Uganda detains opposition figures calling for protests over prices

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Kampala, Uganda – An anti -Uganda personality who is calling for protests on the street against the rising price of goods is stuck inside his house.

Kizza Besigiye, a four-time presidential candidate who has not been able to leave his home outside the capital Kampala since May 12, has a police pitching camp nearby to enforce his apparent house arrest. Ugandan police regularly detain dissidents inside their homes, insisting they may impose preventive arrests to maintain order.

Besigye’s detention follows his call for Ugandans to “wake up” and protest against rising commodity prices, with the government blaming the war on Ukraine, which supplies most of the grain and edible oil.

Besigie has been a staunch supporter of the government of longtime President Euveri Museveni. After the 2011 presidential election, his “walk to work” protest movement – also because of the price of inflationary goods – came to a violent end in a matter of months.

Besigay’s current house arrest has provoked outrage from his followers and there are growing calls for government intervention by workers and others, possibly removing taxes on everything from cooking oil to gas.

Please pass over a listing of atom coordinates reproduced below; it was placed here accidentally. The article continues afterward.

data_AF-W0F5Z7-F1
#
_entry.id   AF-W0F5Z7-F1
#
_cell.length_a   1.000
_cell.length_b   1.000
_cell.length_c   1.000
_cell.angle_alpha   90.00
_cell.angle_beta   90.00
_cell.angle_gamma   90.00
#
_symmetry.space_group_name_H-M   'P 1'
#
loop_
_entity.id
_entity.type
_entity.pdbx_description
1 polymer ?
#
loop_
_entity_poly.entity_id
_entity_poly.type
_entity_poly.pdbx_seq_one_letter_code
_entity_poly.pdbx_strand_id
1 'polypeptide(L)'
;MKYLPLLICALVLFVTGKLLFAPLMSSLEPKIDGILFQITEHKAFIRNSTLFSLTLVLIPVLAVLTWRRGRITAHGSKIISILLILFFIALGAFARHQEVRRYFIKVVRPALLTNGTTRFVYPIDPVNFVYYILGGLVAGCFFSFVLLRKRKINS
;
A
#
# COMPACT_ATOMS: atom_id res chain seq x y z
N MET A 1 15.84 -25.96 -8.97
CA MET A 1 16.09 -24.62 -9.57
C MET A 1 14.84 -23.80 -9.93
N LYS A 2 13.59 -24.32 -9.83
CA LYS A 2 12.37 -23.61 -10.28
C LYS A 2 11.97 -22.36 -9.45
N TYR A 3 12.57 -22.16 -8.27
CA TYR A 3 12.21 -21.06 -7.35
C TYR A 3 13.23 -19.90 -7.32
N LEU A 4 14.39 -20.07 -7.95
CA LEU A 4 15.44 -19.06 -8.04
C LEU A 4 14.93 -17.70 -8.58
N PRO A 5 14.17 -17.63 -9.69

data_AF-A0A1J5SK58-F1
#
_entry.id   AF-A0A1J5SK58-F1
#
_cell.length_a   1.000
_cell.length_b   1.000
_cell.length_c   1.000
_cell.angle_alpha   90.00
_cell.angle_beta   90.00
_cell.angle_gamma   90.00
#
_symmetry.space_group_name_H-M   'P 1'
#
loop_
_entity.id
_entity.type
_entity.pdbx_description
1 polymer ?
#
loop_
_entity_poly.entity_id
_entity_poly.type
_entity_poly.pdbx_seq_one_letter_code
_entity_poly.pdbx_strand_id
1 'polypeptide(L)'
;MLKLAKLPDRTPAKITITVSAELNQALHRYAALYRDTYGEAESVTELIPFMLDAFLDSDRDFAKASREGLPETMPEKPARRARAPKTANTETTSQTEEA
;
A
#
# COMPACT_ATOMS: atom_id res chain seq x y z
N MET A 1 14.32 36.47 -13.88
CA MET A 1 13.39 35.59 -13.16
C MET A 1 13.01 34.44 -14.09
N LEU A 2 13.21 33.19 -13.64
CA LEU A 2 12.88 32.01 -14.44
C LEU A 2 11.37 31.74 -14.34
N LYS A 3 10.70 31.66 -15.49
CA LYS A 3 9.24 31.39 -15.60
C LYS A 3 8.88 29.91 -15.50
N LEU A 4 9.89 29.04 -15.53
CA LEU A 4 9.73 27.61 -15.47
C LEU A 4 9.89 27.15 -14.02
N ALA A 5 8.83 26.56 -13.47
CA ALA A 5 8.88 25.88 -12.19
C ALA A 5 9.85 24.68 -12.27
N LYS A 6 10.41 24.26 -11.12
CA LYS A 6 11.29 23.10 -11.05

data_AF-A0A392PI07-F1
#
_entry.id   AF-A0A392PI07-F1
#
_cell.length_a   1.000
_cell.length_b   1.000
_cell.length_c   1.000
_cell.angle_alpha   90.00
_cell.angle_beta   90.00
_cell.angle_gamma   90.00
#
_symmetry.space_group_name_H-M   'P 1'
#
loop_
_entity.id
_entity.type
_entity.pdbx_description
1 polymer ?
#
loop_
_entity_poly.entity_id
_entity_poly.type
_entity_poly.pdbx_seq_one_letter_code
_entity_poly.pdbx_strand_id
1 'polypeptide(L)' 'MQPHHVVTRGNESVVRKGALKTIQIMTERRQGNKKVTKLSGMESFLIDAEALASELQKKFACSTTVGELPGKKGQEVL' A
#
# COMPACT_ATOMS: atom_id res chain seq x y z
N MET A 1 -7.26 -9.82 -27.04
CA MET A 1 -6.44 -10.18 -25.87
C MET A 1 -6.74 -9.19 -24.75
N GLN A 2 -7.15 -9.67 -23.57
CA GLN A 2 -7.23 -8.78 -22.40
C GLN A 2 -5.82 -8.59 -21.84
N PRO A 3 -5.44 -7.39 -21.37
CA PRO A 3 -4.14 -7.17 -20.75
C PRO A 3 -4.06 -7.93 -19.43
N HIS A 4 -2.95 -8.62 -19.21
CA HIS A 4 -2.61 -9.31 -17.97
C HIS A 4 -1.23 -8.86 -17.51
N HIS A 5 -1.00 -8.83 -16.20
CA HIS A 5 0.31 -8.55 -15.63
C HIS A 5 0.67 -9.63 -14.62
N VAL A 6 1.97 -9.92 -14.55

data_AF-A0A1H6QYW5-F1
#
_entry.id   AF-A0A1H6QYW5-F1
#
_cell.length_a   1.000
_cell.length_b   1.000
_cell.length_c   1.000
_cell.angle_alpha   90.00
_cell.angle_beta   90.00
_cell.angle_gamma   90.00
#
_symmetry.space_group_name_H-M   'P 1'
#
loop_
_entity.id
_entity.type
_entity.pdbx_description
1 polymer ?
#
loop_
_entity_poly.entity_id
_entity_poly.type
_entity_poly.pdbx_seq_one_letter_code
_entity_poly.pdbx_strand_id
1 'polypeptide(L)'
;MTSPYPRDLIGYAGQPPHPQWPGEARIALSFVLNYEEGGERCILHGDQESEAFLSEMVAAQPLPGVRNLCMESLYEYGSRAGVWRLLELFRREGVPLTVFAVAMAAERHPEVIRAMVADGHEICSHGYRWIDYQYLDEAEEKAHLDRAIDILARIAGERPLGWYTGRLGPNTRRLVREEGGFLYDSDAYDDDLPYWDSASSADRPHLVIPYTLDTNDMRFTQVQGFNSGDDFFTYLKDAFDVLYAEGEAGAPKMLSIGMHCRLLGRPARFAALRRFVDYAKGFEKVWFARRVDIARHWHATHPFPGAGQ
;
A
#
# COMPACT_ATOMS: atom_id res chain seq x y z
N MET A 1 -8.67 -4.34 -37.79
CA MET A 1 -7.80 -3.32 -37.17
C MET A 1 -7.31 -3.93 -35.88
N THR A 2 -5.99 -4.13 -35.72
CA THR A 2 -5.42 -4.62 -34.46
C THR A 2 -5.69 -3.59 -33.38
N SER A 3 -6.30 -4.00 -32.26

But authorities are dismissing it and urging people to tighten their belts.

Museveni, a dictator who has been in power since 1986, in a recent speech called on Ugandans to replace cassava for bread, saying widely cultivated root tubers are a healthier alternative. Which has been reprimanded by many.

‚ÄúProduce more if you can. We should also use these imported items sparingly or find alternatives, “Museveni said in a statement on Sunday.

Museveni, once acclaimed as part of a new generation of African leaders and a longtime U.S. security ally, still has much Ugandan support for bringing relative stability to the East African country.

But critics of Museveni say he is increasingly relying on security forces to stay in power. The United States and others have recently raised concerns about torture by security agents, who have been accused of missing opposition supporters.

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